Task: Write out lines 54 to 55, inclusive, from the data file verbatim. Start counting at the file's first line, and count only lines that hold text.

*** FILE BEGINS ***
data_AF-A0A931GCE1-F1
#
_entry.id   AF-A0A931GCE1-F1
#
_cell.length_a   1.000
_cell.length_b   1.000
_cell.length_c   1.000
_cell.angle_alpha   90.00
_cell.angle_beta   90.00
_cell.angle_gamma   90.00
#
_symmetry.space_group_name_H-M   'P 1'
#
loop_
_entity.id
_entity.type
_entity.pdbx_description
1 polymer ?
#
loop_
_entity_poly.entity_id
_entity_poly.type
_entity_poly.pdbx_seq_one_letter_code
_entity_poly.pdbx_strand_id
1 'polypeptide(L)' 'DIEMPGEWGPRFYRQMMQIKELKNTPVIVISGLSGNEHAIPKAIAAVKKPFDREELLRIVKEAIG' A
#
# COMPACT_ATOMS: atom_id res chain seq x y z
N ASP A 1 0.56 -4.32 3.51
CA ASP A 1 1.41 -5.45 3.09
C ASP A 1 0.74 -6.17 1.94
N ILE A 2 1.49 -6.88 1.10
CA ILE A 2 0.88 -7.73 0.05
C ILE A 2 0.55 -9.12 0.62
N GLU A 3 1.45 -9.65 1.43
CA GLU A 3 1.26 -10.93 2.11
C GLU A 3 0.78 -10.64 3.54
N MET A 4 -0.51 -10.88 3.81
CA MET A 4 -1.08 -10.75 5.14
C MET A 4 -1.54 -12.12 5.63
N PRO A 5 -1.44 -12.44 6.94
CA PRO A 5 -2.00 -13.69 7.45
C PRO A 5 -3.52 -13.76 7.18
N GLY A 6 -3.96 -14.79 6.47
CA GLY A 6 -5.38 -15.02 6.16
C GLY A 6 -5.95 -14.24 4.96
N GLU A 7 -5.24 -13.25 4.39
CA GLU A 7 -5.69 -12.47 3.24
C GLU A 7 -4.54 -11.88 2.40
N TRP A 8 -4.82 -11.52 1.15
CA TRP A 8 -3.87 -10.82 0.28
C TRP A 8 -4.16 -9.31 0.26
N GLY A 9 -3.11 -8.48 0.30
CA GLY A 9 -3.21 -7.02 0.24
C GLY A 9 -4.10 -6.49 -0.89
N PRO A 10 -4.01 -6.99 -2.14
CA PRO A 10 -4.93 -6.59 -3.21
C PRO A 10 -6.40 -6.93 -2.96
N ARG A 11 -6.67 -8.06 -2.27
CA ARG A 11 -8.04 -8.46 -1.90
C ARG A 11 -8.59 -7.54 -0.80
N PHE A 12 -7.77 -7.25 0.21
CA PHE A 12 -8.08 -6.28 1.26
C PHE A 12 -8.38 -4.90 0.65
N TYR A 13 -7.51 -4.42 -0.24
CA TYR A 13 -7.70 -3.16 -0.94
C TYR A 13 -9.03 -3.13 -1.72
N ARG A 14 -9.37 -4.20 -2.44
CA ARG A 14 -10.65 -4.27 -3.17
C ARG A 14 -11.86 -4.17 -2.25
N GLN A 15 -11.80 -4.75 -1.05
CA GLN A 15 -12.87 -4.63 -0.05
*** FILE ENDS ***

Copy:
C GLY A 9 -4.10 -6.49 -0.89
N PRO A 10 -4.01 -6.99 -2.14